Collocation analysis

require(quanteda)
require(quanteda.textstats)
require(quanteda.corpora)

This corpus contains 6,000 Guardian news articles from 2012 to 2016.

corp_news <- download("data_corpus_guardian")

A collocation analysis allows us to identify contiguous collocations of words. One of the most common types of multi-word expressions are proper names, which can be identified simply based on capitalization in English texts.

toks_news <- tokens(corp_news, remove_punct = TRUE)
tstat_col_caps <- tokens_select(toks_news, pattern = "^[A-Z]", 
                                valuetype = "regex", 
                                case_insensitive = FALSE, 
                                padding = TRUE) %>% 
                  textstat_collocations(min_count = 100)
head(tstat_col_caps, 20)
##           collocation count count_nested length    lambda         z
## 1       david cameron   861            0      2  8.160098 147.29289
## 2        donald trump   774            0      2  8.327716 122.70693
## 3      george osborne   364            0      2  8.661545 107.63031
## 4     hillary clinton   527            0      2  9.107464 102.40567
## 5            new york  1016            0      2 10.448615 100.27377
## 6       islamic state   330            0      2  9.802948  98.15309
## 7         white house   479            0      2  9.922733  96.18333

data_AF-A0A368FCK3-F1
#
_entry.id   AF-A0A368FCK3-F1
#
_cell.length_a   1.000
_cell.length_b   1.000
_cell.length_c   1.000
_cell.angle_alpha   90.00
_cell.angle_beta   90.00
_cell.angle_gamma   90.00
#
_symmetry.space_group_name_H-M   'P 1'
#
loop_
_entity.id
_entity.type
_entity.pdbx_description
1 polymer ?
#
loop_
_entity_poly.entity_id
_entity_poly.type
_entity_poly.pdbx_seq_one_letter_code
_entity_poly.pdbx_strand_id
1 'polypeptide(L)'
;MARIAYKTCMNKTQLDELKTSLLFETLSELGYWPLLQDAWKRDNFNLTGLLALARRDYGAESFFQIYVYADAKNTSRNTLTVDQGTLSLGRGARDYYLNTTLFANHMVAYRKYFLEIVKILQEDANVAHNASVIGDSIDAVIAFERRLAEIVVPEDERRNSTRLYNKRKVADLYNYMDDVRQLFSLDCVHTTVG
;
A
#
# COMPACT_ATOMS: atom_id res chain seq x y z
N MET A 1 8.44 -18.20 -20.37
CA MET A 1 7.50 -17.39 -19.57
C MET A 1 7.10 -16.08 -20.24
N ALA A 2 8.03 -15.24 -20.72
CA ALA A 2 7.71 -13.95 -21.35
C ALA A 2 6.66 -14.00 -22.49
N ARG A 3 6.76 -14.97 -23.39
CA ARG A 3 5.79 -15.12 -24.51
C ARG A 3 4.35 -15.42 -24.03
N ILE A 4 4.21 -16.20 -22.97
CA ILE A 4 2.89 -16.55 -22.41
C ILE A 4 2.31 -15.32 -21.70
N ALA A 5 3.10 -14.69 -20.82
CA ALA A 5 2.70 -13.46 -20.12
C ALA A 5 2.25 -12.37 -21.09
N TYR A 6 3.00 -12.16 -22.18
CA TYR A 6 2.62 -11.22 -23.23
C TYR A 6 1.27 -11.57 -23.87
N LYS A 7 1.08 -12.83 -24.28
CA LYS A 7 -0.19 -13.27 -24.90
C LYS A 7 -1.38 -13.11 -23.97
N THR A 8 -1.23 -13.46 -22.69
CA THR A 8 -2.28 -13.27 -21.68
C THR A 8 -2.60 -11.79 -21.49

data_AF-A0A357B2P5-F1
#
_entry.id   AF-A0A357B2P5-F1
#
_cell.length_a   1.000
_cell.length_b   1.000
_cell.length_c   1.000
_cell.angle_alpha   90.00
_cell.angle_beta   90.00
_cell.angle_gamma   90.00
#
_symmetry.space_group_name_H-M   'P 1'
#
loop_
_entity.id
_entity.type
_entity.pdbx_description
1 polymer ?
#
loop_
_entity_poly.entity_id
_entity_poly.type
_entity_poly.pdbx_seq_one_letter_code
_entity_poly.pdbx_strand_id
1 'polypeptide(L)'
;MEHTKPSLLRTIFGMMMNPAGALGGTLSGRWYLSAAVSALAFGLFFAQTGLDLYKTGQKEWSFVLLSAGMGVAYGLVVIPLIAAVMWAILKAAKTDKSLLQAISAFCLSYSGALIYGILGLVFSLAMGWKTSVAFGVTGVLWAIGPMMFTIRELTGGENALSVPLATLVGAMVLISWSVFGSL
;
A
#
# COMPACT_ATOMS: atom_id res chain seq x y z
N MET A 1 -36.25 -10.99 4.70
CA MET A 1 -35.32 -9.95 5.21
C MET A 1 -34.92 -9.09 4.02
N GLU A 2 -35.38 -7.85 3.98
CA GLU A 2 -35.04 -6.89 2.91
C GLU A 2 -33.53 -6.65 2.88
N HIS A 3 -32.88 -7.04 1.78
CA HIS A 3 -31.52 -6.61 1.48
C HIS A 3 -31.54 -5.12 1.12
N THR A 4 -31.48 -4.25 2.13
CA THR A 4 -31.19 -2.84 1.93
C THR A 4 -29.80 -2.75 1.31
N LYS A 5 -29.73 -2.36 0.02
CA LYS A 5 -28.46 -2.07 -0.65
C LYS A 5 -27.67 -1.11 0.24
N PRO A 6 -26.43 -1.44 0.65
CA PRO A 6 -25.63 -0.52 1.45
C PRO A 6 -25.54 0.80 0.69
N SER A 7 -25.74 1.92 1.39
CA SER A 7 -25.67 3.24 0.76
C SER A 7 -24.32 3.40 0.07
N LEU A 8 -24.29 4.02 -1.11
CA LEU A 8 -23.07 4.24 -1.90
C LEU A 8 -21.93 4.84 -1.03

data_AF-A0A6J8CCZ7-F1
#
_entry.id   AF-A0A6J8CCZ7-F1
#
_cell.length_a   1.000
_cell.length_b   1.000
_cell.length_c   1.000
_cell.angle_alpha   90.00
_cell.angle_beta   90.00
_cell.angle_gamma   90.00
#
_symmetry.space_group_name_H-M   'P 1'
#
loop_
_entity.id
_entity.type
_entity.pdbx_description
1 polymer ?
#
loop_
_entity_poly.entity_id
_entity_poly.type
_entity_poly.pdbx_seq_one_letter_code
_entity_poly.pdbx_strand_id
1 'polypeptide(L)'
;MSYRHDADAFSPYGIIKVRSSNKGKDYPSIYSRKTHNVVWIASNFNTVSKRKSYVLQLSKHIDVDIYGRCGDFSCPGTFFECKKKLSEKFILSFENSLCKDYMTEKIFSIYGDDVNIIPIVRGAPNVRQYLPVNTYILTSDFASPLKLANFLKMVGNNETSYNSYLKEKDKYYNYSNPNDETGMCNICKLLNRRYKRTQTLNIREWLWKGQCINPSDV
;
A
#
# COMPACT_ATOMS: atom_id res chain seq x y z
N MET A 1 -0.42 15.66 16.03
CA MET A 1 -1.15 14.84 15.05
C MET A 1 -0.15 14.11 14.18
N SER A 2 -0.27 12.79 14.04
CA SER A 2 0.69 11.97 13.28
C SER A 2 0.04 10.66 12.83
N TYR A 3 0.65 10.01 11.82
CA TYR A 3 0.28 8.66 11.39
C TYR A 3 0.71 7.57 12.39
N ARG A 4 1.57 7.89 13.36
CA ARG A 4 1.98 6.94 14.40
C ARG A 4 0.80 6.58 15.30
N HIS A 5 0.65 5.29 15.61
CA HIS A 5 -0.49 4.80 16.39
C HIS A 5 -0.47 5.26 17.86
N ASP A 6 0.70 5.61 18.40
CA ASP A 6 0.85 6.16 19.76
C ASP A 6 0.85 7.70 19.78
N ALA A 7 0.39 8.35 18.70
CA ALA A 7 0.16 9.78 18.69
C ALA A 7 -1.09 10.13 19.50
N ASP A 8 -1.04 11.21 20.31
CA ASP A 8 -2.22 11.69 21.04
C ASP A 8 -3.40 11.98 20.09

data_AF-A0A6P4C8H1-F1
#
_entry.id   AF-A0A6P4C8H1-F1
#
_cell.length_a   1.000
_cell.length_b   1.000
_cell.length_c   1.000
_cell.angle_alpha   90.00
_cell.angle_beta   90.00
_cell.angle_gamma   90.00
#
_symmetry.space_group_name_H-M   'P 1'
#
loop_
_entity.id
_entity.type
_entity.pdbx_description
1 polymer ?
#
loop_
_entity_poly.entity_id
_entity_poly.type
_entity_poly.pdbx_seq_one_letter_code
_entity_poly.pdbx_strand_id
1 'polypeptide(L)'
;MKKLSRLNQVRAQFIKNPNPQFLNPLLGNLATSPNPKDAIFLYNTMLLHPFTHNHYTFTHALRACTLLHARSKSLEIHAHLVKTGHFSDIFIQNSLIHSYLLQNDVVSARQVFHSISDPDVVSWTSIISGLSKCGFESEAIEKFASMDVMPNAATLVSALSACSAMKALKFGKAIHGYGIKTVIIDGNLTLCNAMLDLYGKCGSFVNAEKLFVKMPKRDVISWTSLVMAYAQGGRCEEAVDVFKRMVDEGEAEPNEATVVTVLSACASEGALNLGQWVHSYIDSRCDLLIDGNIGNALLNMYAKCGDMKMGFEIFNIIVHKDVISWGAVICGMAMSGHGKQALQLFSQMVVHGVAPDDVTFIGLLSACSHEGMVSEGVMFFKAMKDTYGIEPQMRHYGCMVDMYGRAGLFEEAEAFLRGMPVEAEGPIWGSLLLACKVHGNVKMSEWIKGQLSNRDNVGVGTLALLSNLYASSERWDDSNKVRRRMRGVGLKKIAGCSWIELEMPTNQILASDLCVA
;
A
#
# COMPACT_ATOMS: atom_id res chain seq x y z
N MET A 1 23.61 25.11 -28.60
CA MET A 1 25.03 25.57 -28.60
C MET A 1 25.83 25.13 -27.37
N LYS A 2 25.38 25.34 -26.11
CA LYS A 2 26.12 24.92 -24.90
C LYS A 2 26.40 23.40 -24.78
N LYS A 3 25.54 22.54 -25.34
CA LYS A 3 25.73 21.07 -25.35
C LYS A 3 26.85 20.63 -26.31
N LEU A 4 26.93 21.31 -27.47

## 8      european union   351            0      2  8.262324  94.77068
## 9       jeremy corbyn   244            0      2  8.730294  90.80217
## 10      boris johnson   245            0      2  9.664926  84.77459
## 11     bernie sanders   394            0      2  9.902167  84.62422
## 12 guardian australia   237            0      2  6.330225  83.71292
## 13   northern ireland   205            0      2  9.883953  83.26403
## 14        home office   216            0      2  9.691271  78.67675
## 15        ed miliband   174            0      2  9.868828  78.45452
## 16           ted cruz   417            0      2 10.757134  77.88400
## 17       barack obama   344            0      2  9.776070  77.73324
## 18       south africa   172            0      2  7.569419  77.61996
## 19     south carolina   271            0      2  9.405522  76.80761
## 20       black friday   190            0      2  8.459759  76.80634

You can also discover collocations longer than two words. In the example below we identify collocations consisting of three words.

tstat_col2 <- tokens_select(toks_news, pattern = "^[A-Z]", 
                                valuetype = "regex", 
                                case_insensitive = FALSE, 
                                padding = TRUE) %>% 
              textstat_collocations(min_count = 100, size = 3)
head(tstat_col2, 20)
##                   collocation count count_nested length     lambda          z
## 1 international monetary fund   101            0      3  2.2418609  1.0788125
## 2              new york times   128            0      3 -0.5079552 -0.3343106

If you find textstat_collocations() is talking too much time, increase the min_count threashold to speed up the estimation. You also do not need to set sizes larger than 2 to compound multi-word expressions, because overlapped collocations are chained if join = TRUE in tokens_compound().